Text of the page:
Full-cream fascists: just let me have milk in my coffee
Coffee snobbery is getting out of control. The other night my request for a dash of milk in a post-meal espresso at a hip new eatery drew a firm shake of the head. “We do not have milk,” the French owner sniffed. She didn’t mean they’d run out - they simply don’t serve milk with coffee. Not a drop.
Much like Seinfeld’s Soup Nazi, eatery owner Catherine Chauchat sets high standards for her patrons. Her chalkboard menu vetoes soft drink, and a cup of any tea other than obscure herbal digestives is out of the question.
And you can bet if she ever puts steak on the peasant-style menu, eaters won’t have the option of it served well done.
In some ways Ms Chauchat’s near-religious devotion to the integrity of the food and wine she serves is admirable. (For those in Melbourne, the wine bar, Boire, is in Collingwood.)
But I’m starting to find the puritanism of some of the coffee crusaders serving my daily heart-starter infuriating.
I broke a barista’s heart at one place recently by telling him my latte bordered on cold.
Iconic Melbourne eatery Marios refuses to serve skinny milk, soy milk or even decaf. Sydney’s Bar Italia is among others to take a similarly stubborn approach.
Here’s a triple shot of common sense: it’s my $3 and if I want to put moo juice, eight sugars, hot water or any other pollutant in my cup, I will.
Even in the country that spawned Starbucks, snooty baristas are imposing standards.
One US cafe owner had a very public tiff last year with a patron annoyed at being denied espresso over ice.
Customer Jeff Simmermon later posted an angry blog announcing “the only way I’m ever coming back to Murky Coffee in Arlington is if I’m carrying matches and a can of kerosene”.
The owner responded with his own internet rant: “if you ever show your face at my shop, I’ll punch you in your dick”.
For the record, my own recent espresso encounter left nowhere near as bitter a taste.
To her credit, when Ms Chauchat noticed I’d left the cup virtually untouched, she refunded my $3 and politely suggested next time I should try a brandy with alcohol-soaked prunes.
Given the way coffee snobbery is mutating, though, get set to feel like coffee heathens more frequently.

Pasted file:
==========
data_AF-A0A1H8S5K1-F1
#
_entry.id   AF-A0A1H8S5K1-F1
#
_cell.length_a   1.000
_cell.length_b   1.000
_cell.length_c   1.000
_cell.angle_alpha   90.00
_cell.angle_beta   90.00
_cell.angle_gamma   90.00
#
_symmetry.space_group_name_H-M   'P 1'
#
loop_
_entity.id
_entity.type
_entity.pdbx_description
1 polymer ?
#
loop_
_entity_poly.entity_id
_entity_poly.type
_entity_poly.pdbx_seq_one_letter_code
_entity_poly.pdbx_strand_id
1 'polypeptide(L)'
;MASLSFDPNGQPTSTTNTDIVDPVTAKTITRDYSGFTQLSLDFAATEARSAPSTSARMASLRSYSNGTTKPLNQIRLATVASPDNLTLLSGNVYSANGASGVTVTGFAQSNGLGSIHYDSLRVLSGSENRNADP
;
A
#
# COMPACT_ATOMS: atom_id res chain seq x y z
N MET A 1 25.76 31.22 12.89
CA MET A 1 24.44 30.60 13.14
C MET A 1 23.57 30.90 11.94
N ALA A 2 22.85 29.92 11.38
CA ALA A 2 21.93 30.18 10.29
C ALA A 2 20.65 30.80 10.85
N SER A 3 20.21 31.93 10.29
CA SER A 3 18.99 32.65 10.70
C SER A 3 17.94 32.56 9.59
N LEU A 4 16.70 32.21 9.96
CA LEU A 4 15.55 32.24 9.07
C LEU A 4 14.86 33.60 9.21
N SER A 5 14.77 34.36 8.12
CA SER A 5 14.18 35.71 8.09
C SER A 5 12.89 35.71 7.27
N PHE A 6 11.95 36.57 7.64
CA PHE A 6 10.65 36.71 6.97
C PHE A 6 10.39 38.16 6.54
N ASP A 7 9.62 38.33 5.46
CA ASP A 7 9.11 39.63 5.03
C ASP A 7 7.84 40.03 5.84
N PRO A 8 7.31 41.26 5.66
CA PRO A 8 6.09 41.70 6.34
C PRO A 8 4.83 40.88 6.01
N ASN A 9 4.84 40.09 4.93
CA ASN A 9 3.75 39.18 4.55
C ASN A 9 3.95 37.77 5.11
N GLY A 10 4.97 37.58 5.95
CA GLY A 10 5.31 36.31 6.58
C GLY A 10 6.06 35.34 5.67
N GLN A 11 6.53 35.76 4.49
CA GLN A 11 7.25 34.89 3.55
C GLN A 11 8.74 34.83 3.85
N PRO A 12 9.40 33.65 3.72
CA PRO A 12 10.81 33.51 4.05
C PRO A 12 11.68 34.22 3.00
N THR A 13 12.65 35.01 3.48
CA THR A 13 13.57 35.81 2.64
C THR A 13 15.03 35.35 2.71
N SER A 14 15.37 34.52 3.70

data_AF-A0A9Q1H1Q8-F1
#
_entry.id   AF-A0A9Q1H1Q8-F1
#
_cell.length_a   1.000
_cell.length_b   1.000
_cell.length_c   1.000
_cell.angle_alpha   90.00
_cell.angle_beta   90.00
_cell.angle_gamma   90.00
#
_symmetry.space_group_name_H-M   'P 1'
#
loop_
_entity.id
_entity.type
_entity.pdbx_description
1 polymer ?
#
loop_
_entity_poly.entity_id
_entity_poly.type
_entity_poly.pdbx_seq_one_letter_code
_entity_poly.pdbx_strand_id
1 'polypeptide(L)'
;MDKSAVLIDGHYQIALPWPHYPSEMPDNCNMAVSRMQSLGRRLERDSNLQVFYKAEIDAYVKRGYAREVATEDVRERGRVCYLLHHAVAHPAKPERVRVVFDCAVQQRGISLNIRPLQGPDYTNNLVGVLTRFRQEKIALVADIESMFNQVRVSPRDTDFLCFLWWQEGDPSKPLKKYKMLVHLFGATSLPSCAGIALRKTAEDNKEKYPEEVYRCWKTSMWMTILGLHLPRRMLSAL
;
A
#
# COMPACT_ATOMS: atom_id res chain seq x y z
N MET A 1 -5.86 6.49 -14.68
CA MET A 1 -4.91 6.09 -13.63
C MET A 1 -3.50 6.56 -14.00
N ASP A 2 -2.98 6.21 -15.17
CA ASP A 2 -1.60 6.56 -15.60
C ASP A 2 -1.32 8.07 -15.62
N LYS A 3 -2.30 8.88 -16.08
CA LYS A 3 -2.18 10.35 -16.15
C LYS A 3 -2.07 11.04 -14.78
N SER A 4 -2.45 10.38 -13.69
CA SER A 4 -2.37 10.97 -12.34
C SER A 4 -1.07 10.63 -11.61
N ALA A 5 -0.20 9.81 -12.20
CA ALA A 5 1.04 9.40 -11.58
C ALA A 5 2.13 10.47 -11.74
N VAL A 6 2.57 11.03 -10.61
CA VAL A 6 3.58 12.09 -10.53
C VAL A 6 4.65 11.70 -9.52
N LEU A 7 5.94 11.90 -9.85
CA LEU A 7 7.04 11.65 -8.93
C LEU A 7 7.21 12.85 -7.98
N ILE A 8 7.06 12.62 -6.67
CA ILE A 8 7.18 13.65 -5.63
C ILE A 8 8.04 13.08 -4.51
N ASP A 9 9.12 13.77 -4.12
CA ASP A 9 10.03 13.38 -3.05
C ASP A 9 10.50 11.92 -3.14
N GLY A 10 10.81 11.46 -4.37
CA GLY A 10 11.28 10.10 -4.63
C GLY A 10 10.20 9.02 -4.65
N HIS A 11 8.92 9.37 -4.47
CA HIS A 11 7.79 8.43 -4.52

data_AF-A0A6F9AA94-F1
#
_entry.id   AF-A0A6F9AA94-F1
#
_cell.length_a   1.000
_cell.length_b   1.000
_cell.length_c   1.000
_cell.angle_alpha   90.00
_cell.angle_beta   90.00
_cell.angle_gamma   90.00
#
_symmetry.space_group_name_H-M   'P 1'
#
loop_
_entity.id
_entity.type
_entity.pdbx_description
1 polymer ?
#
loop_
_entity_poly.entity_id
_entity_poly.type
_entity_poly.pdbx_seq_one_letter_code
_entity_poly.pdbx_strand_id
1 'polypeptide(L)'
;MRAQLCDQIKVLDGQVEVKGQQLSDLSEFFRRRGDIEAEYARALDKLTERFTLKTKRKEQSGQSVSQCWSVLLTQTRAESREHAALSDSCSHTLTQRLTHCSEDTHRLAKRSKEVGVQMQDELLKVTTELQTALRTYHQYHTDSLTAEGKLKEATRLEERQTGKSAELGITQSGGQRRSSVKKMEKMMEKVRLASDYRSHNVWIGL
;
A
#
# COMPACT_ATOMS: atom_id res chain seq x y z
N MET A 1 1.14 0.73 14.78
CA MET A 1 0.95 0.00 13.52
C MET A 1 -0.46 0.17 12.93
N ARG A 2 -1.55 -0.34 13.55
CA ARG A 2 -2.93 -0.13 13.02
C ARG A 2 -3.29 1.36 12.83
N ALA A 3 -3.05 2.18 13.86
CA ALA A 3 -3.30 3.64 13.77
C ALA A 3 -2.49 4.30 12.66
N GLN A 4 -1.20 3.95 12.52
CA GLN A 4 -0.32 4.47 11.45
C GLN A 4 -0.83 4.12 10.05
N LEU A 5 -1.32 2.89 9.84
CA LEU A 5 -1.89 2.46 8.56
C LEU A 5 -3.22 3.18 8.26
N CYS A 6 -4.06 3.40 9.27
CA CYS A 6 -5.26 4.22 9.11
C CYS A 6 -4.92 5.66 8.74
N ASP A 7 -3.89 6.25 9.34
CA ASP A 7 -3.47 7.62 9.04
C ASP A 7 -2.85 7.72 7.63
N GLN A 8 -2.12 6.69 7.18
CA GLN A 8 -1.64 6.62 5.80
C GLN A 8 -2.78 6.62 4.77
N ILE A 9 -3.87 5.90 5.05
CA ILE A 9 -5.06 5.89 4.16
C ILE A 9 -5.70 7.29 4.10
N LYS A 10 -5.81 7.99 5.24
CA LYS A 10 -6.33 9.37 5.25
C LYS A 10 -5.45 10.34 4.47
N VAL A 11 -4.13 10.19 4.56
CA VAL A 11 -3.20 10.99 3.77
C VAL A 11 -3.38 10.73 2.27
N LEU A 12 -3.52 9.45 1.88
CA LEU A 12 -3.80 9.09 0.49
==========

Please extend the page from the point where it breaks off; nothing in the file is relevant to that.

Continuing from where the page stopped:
Soon we’ll be expected to know whether our beans were micro-roasted, grown in the shade or picked at midnight.
A dedicated ‘coffee restaurant’ with an eight-course degustation menu paired with eight unique brews is planned for Melbourne - complete with coffee trees in a hot house in the entrance.
Coffee guru Salvatore Malatesta of South Melbourne cafe St Ali hopes the venture will make patrons treat coffee with reverence, not just as a commodity.
He insists drinkers should celebrate the subtle flavours of each estate, and goes to great lengths to nurse his beans from grower to cup.
A “sensory coffee lab” in Sydney where customers will sit down for individual assessments so staff can tailor the best possible brew for them is among his other plans.
Also on the drawing board is a ‘siphon bar’ – serving coffee from machines that look like a science experiment, complete with halogen lamps and Bunsen burners.
This week another Melbourne coffee devotee, Mark Dundon, will open Seven Seeds, a small micro-roaster devoted to boutique beans.
Perhaps surprisingly Mr Dundon, a judge in the global Cup Of Excellence competition, is sanguine about those who don’t share his fetish for the perfect cup. “Though we get a little bit offended when people put three sugars in,” he says. “Sugar is for cakes, not for coffee. In the end though, the customer is always right.”
At last, a caffeine fiend with customer service nous.
Baristas need to remember most of us aren’t on an obsessive quest for fruity, floral notes from a remote plantation.
Just hand over my heart-starter and hold the lecture, not the milk and sugar.
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